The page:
After yesterday’s unrest in Iran it is clear that the revolution is hot again, after conveniently taking a week off so the Western media could breathlessly cover the whereabouts of Michael Jackson’s body. The green revolution is less convenient from the point of view of nearly everyone attempting to prevent Iran’s nuclear program.
After Obama took office his strategy on Iran seemed clear: by taking a hard line with Israel and reaching out to the Muslim World in Cairo he was attempting to reestablish the U.S. as an impartial actor in the region, even as he solidified support from Russia and China to present a unified international front. Israel was the crucial to this plan, both because progress on a Palestinian final status agreement would weaken Iran’s position in the Muslim world and because Israel’s bluster was the bad cop to Obama’s good cop. The leadership in the Arab world is certainly receptive to Obama, though whether or not China and Russia would agree to tougher sanctions remains unclear. However, this measured plan has been upset by the events in Tehran.
The brutal crackdown against the protesters demonstrates that the regime is, and probably always has been, illegitimate and brutally repressive. Iran’s credibility on the Muslim streets as a the antidote to American imperialism is damaged, making it unaccountable to foreign public opinion as it suppresses domestic unrest. Thus, Iran’s current leadership has “gone rogue” (I can’t remember if that is a Palinism or a description of Palin) and it must be prevented from further destabilization of the region at any cost.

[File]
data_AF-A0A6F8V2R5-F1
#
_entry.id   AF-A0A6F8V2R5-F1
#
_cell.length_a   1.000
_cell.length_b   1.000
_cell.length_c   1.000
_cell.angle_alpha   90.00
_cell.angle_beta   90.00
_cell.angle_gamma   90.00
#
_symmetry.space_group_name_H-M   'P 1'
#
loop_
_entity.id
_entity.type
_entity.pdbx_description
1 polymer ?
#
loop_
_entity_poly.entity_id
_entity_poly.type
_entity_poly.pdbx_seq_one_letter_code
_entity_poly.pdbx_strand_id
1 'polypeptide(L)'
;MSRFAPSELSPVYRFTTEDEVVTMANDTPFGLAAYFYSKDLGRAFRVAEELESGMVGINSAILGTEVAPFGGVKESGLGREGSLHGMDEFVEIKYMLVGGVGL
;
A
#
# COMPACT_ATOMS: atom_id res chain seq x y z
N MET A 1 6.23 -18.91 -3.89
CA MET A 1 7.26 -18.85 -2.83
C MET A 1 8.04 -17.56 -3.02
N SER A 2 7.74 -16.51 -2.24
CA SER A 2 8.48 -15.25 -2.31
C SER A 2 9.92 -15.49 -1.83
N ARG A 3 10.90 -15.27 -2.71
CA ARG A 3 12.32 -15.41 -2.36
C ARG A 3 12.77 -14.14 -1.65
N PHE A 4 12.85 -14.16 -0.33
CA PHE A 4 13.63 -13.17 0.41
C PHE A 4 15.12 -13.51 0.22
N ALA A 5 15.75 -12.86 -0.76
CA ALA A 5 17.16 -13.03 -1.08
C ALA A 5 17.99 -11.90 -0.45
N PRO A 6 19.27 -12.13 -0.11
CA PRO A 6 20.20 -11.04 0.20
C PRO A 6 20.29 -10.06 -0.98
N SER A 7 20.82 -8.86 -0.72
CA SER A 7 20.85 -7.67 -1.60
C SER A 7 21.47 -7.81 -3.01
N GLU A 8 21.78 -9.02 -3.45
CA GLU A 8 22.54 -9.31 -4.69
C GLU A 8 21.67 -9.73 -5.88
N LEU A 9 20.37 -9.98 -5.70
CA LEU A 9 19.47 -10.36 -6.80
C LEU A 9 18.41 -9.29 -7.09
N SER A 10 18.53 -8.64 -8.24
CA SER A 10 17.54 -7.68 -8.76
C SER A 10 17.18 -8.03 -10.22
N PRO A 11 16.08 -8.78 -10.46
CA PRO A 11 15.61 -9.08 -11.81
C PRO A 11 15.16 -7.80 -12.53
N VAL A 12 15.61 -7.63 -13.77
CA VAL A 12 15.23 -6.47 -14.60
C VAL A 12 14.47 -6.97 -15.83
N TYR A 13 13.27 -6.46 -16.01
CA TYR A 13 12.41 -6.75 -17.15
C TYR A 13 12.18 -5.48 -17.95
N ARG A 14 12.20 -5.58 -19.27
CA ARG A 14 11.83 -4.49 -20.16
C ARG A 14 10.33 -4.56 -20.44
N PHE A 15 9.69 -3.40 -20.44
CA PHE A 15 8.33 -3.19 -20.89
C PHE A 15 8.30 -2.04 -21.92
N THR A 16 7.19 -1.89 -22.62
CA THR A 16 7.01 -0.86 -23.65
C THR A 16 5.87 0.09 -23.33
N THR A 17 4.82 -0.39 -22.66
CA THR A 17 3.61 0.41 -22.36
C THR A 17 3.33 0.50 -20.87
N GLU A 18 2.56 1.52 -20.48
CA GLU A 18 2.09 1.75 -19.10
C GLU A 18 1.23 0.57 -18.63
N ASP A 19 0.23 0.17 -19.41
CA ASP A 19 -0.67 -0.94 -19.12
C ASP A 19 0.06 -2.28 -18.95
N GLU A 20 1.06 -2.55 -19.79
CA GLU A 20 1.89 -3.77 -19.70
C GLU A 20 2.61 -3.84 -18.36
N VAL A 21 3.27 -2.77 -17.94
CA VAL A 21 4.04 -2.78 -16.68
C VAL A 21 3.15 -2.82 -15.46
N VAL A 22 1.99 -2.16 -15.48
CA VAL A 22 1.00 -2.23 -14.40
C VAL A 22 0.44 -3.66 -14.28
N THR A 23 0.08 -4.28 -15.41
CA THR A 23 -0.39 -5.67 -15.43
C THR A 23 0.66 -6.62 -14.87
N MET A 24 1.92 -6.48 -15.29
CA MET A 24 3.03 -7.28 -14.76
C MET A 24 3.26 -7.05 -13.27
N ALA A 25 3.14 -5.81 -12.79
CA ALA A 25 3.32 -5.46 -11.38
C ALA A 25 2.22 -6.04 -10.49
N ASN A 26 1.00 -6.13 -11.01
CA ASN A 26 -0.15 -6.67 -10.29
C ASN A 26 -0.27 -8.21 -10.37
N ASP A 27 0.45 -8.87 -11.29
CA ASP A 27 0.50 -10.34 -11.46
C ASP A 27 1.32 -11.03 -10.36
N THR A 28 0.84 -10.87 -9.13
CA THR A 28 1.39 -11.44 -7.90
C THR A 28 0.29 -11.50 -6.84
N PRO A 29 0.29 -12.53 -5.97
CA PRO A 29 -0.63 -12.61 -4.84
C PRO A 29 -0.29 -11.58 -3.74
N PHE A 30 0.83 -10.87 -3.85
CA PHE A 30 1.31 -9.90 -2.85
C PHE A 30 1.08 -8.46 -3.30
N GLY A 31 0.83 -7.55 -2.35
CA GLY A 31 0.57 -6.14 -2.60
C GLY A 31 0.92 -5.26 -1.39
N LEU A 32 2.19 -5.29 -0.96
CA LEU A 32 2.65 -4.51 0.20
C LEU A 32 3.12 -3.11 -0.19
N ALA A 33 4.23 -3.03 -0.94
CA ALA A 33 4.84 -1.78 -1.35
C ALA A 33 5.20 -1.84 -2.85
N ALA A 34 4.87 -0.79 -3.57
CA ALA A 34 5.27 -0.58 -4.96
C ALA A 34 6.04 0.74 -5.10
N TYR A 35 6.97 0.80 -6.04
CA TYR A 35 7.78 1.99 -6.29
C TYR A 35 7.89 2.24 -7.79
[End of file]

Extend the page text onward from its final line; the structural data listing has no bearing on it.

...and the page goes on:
Yet, it is clear that the civilian population of Iran does not agree with their leadership and their humanity is demonstrated in a thousand ways every day. A military strike, especially from the air, would kill many supporters of the nascent pro-democracy revolution, if not the revolution itself. Further, unless such an attack could accomplish regime change, impossible if done by Israel, it seems unlikely that it could do more than very temporarily delay the nuclear program.
So how to proceed when any negotiations will have to be conducted with a regime that is clearly illegitimate, that will attempt to gain legitimacy from the negotiations themselves, and a military option with limited gains and huge costs? If Obama’s leverage in negotiations is the threat of punitive sanctions, then he must ensure China and Russia’s full participation, which – given the weak statement on Iran’s nuclear program that came out of the G-8– seems far from assured. Beyond that, perhaps the green revolution can ratchet up the internal pressure on the regime, but what is the end game for the removal of a regime willing to kill its children? Obama’s wait and see approach is not just prudent given this current morass, it seems to be the only thing possible.